The heterogeneous effect of short-term transfers for improving ART adherence among HIV-infected Tanzanian adults

Jillian L. Kadota, Carolyn A. Fahey, Prosper F. Njau, Ntuli Kapologwe, Nancy S. Padian, William H. Dow & Sandra I. McCoy

A recently concluded randomized study in Tanzania found that short-term conditional cash and food transfers significantly improved HIV-infected patients’ possession of antiretroviral therapy (ART) and reduced patient loss to follow-up (LTFU). We examined whether these transfers had differential effects within population subgroups. In the parent study, 805 individuals were randomized to one of three study arms: standard-of-care (SOC) HIV services, food assistance, or cash transfer. We compared achievement of the medication possession ratio (MPR) ≥ 95% at 6 and 12 months and patient LTFU at 12 months between those receiving the SOC and those receiving food or cash (combined). Using a threshold value of p < 0.20 to signal potential effect measure modifiers (EMM), we compared intervention effects, expressed as risk differences (RD), within subgroups characterized by: sex, age, wealth, and time elapsed between HIV diagnosis and ART initiation. Short-term transfers improved 6 and 12-month MPR ≥ 95% and reduced 12-month LTFU in most subgroups. Study results revealed wealth and time elapsed between HIV diagnosis and ART initiation as potential EMMs, with greater effects for 6-month MPR ≥ 95% in the poorest patients (RD: 32, 95% CI: (9, 55)) compared to those wealthier (RD: 16, 95% CI: (5, 27); p = 0.18) and in newly diagnosed individuals (<90 days elapsed since diagnosis) (RD: 25, 95% CI: (13, 36)) compared to those with ≥90 days (RD: 0.3, 95% CI (−17, 18); p = 0.02), patterns which were sustained at 12 months. Results suggest that food and cash transfers may have stronger beneficial effects on ART adherence in the poorest patients. We also provide preliminary data suggesting that targeting interventions at patients more recently diagnosed with HIV may be worthwhile. Larger and longer-term assessments of transfer programs for the improvement of ART adherence and their potential heterogeneity by sub-population are warranted.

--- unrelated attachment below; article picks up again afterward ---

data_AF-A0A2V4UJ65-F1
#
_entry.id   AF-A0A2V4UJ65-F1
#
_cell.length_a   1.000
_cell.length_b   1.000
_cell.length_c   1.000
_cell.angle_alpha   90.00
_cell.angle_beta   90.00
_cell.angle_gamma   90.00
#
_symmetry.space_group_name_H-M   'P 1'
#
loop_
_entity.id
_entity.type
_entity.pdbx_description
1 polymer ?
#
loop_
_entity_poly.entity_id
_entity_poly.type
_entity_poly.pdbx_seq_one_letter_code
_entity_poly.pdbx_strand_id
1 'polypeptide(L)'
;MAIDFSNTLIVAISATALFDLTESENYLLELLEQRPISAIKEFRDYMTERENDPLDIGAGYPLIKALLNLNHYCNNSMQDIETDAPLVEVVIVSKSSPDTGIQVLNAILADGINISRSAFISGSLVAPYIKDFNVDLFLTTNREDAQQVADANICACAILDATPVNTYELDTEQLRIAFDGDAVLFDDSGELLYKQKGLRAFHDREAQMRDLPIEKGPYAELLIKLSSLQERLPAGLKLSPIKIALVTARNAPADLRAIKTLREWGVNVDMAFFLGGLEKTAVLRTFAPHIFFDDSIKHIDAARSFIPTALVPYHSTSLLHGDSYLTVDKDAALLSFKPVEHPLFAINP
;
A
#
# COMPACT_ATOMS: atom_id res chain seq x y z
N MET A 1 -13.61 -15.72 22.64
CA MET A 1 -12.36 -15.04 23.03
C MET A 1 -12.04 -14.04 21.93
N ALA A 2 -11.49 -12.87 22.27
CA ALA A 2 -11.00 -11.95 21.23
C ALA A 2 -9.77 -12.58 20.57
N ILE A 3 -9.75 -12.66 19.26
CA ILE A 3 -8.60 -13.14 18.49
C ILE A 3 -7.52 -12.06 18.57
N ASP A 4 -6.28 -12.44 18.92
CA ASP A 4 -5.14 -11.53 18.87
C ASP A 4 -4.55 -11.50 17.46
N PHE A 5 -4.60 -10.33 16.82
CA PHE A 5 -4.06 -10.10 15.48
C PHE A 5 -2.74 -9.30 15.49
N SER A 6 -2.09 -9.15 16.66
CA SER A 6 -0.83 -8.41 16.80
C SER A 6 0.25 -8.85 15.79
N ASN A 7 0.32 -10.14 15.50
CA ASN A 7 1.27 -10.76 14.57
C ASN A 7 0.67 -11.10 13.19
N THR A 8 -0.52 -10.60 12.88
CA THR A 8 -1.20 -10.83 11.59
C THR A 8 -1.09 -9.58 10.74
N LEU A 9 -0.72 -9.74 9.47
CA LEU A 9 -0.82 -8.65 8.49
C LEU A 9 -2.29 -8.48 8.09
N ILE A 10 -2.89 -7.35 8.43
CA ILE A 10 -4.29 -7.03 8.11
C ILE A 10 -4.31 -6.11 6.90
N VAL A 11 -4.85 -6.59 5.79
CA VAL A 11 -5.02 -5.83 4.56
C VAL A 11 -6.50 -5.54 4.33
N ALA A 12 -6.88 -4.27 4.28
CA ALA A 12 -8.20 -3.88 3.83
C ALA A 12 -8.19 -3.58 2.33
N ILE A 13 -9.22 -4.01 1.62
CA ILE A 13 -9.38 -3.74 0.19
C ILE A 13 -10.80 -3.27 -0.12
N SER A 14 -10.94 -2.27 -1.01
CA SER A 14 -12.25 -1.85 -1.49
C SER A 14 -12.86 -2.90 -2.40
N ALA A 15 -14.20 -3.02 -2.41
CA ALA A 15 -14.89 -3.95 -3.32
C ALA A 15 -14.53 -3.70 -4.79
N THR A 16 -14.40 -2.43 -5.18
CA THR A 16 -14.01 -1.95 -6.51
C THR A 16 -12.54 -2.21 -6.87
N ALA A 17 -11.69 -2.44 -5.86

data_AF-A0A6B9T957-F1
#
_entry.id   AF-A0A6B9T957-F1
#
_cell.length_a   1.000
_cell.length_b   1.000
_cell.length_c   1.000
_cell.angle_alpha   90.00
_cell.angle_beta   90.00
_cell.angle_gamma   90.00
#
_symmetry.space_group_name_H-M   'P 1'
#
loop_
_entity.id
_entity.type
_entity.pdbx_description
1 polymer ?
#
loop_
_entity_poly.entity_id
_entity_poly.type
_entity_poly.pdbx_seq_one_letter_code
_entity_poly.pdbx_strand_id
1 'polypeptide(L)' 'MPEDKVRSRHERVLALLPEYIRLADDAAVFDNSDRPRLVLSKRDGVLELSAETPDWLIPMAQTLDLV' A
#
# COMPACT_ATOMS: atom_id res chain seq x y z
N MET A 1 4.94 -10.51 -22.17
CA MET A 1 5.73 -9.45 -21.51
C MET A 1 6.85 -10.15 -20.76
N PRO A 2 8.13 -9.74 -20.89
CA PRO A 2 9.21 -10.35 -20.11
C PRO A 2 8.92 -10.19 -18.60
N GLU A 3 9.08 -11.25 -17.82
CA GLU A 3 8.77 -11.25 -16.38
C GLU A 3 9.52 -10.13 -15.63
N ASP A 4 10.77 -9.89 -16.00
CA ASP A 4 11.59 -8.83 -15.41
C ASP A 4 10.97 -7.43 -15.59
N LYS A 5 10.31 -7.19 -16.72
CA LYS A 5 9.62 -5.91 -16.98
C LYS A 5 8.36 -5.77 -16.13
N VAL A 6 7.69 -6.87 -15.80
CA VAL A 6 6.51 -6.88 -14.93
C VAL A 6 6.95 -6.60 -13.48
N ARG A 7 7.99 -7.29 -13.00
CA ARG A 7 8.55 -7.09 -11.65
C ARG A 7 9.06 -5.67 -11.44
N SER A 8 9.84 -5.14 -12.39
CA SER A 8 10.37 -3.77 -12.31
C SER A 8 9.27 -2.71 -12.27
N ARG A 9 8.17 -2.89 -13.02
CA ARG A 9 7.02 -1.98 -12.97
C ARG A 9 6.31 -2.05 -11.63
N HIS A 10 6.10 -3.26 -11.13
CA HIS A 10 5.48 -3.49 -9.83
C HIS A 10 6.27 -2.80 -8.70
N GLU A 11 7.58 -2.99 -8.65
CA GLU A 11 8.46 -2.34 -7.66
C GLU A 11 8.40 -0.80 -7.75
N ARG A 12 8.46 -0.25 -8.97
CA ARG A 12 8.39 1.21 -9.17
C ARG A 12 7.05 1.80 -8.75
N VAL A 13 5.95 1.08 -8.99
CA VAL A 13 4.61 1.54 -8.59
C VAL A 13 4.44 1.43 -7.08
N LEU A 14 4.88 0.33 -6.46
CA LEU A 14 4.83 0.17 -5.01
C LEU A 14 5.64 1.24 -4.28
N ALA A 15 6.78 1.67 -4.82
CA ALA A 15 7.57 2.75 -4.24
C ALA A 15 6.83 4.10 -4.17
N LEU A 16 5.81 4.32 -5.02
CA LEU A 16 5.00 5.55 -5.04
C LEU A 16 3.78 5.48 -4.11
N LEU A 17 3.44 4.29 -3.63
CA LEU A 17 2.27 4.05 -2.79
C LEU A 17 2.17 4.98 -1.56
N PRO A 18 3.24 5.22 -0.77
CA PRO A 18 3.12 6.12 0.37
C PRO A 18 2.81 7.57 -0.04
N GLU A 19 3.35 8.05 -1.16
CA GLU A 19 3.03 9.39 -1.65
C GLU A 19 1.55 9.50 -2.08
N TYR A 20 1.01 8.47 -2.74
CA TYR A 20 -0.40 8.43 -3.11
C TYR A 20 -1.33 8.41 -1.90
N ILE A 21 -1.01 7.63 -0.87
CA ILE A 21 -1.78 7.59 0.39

September 10, 2018
Year of publication
Resource types
Journal and research articles
conditional cash transfers, conditional food transfers, antiretroviral therapy (ART), loss to follow-up, food assistance, ART adherence

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